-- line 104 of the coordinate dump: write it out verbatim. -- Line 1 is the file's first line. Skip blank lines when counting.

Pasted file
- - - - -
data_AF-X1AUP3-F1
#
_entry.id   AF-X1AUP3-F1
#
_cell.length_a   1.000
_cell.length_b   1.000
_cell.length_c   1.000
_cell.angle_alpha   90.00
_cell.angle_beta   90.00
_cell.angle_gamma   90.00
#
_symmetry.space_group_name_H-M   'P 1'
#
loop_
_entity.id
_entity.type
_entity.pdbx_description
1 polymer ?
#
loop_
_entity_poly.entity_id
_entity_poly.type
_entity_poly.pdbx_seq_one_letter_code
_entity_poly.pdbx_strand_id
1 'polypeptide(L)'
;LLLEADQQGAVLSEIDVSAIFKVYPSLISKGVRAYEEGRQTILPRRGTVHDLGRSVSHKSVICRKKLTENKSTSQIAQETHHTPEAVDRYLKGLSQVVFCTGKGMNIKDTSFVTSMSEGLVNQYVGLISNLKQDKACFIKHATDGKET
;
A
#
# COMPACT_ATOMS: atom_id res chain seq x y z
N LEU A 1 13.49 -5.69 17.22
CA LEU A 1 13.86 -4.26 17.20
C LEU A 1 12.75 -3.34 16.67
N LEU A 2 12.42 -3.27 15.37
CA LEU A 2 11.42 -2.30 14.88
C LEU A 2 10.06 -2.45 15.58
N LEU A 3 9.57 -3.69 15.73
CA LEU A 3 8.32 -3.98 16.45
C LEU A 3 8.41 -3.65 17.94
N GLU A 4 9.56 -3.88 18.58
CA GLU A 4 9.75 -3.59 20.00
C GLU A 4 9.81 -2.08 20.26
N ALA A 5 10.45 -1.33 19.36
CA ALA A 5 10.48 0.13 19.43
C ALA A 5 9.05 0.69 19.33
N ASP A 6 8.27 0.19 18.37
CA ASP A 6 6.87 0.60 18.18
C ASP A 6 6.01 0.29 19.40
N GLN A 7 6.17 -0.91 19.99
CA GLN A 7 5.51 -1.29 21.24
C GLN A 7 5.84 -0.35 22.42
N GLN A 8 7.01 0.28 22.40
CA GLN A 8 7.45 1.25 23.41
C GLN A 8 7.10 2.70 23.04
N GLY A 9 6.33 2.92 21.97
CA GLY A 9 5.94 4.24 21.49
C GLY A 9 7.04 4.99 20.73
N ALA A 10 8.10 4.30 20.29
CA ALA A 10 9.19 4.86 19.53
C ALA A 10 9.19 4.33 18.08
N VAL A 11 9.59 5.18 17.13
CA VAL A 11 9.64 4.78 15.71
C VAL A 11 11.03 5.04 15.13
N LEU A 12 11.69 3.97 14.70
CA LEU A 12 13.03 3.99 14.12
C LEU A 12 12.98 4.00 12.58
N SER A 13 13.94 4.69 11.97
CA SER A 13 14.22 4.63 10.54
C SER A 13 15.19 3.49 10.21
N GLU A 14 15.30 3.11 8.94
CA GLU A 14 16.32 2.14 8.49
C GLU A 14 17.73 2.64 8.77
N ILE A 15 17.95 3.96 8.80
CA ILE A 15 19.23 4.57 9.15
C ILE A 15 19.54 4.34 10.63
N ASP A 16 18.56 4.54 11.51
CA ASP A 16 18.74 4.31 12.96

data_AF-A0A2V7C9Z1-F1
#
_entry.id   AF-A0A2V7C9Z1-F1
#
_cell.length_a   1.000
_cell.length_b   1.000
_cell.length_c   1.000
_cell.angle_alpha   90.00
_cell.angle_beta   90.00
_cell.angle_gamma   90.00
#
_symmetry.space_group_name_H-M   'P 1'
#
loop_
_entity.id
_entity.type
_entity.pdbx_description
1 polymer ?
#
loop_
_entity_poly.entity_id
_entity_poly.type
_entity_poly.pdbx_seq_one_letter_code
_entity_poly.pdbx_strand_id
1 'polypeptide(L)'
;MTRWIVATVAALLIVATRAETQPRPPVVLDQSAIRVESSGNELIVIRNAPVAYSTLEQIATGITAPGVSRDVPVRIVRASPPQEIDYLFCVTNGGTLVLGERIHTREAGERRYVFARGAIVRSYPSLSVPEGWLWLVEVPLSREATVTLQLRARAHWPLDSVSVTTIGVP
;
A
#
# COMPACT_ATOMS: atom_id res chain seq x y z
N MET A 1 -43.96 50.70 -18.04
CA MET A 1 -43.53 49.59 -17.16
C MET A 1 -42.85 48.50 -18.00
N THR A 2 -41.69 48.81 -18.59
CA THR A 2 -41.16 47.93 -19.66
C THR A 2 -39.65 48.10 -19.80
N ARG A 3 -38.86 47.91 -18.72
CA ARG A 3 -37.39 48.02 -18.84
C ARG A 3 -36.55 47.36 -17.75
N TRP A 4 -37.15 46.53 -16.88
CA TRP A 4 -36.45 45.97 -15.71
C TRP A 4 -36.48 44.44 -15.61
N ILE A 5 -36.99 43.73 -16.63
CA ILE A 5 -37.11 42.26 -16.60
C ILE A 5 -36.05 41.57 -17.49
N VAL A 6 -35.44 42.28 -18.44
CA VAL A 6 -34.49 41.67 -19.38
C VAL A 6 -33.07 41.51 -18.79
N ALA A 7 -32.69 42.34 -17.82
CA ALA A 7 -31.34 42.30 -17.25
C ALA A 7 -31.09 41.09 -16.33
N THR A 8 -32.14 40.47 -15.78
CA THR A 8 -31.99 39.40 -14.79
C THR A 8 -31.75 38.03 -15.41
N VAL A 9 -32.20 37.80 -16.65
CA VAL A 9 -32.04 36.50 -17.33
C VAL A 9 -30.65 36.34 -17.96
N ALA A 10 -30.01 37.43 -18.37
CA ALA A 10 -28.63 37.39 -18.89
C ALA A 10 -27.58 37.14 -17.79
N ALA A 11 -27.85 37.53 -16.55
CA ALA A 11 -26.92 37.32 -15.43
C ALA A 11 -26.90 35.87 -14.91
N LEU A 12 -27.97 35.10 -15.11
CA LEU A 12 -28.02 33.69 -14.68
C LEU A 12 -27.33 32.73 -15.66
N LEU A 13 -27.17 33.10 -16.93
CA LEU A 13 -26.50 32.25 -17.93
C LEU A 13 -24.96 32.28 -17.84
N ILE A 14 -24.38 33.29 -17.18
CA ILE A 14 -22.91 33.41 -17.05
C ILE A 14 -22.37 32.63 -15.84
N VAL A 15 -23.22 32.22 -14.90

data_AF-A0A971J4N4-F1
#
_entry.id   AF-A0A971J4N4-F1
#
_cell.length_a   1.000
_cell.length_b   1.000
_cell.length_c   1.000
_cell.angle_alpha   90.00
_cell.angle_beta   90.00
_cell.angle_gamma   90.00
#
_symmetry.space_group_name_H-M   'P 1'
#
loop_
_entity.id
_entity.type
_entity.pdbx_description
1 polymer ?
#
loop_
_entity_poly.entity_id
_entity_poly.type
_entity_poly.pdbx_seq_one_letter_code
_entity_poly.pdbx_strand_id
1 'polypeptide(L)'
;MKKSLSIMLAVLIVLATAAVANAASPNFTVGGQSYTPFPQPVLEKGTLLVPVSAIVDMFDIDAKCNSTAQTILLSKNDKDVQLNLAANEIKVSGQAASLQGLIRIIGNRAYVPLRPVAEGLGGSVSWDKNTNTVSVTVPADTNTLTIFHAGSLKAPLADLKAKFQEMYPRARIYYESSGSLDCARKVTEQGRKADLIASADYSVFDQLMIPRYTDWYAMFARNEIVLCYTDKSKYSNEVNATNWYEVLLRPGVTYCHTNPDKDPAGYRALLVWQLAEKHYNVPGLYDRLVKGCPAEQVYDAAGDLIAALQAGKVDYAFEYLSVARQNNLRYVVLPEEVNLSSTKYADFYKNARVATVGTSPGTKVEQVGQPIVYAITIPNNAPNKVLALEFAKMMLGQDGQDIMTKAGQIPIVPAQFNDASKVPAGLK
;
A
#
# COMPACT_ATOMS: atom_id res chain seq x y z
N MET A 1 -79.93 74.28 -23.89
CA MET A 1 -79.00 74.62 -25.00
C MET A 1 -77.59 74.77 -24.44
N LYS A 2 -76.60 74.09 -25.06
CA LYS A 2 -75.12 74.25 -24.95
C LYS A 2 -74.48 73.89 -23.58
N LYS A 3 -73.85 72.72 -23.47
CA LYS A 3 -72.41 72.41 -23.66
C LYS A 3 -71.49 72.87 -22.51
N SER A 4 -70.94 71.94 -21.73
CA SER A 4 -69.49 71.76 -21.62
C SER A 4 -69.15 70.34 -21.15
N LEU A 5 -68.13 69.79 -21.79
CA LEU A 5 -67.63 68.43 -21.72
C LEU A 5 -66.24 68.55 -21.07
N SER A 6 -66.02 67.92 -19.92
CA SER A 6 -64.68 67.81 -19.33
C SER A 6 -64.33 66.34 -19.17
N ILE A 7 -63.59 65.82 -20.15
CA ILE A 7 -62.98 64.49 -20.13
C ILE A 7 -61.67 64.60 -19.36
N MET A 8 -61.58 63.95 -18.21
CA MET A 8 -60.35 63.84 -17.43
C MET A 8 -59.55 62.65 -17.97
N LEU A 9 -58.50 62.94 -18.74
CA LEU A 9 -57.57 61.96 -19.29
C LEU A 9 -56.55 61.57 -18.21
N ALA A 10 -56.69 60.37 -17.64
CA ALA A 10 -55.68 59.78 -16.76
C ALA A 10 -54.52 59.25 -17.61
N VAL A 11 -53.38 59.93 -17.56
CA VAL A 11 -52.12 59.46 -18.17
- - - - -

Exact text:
;